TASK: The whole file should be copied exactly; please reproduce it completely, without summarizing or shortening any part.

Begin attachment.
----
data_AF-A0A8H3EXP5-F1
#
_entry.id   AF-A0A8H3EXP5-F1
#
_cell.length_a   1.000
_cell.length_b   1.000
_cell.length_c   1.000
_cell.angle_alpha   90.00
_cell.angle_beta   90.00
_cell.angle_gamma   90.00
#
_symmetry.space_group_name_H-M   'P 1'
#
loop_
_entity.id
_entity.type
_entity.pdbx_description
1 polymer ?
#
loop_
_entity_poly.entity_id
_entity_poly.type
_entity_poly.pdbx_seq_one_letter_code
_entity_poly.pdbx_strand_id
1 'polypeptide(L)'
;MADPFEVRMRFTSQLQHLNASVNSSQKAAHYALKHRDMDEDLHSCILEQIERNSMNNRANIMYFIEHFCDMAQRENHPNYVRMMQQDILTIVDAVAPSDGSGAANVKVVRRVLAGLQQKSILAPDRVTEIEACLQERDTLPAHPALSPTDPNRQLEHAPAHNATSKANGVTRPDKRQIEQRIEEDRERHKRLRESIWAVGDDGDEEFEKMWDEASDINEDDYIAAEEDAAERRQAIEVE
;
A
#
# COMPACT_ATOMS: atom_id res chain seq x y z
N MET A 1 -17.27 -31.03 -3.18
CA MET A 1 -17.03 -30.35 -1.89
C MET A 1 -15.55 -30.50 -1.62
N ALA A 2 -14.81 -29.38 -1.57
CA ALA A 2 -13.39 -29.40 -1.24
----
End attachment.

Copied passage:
data_AF-A0A8H3EXP5-F1
#
_entry.id   AF-A0A8H3EXP5-F1
#
_cell.length_a   1.000
_cell.length_b   1.000
_cell.length_c   1.000
_cell.angle_alpha   90.00
_cell.angle_beta   90.00
_cell.angle_gamma   90.00
#
_symmetry.space_group_name_H-M   'P 1'
#
loop_
_entity.id
_entity.type
_entity.pdbx_description
1 polymer ?
#
loop_
_entity_poly.entity_id
_entity_poly.type
_entity_poly.pdbx_seq_one_letter_code
_entity_poly.pdbx_strand_id
1 'polypeptide(L)'
;MADPFEVRMRFTSQLQHLNASVNSSQKAAHYALKHRDMDEDLHSCILEQIERNSMNNRANIMYFIEHFCDMAQRENHPNYVRMMQQDILTIVDAVAPSDGSGAANVKVVRRVLAGLQQKSILAPDRVTEIEACLQERDTLPAHPALSPTDPNRQLEHAPAHNATSKANGVTRPDKRQIEQRIEEDRERHKRLRESIWAVGDDGDEEFEKMWDEASDINEDDYIAAEEDAAERRQAIEVE
;
A
#
# COMPACT_ATOMS: atom_id res chain seq x y z
N MET A 1 -17.27 -31.03 -3.18
CA MET A 1 -17.03 -30.35 -1.89
C MET A 1 -15.55 -30.50 -1.62
N ALA A 2 -14.81 -29.38 -1.57
CA ALA A 2 -13.39 -29.40 -1.24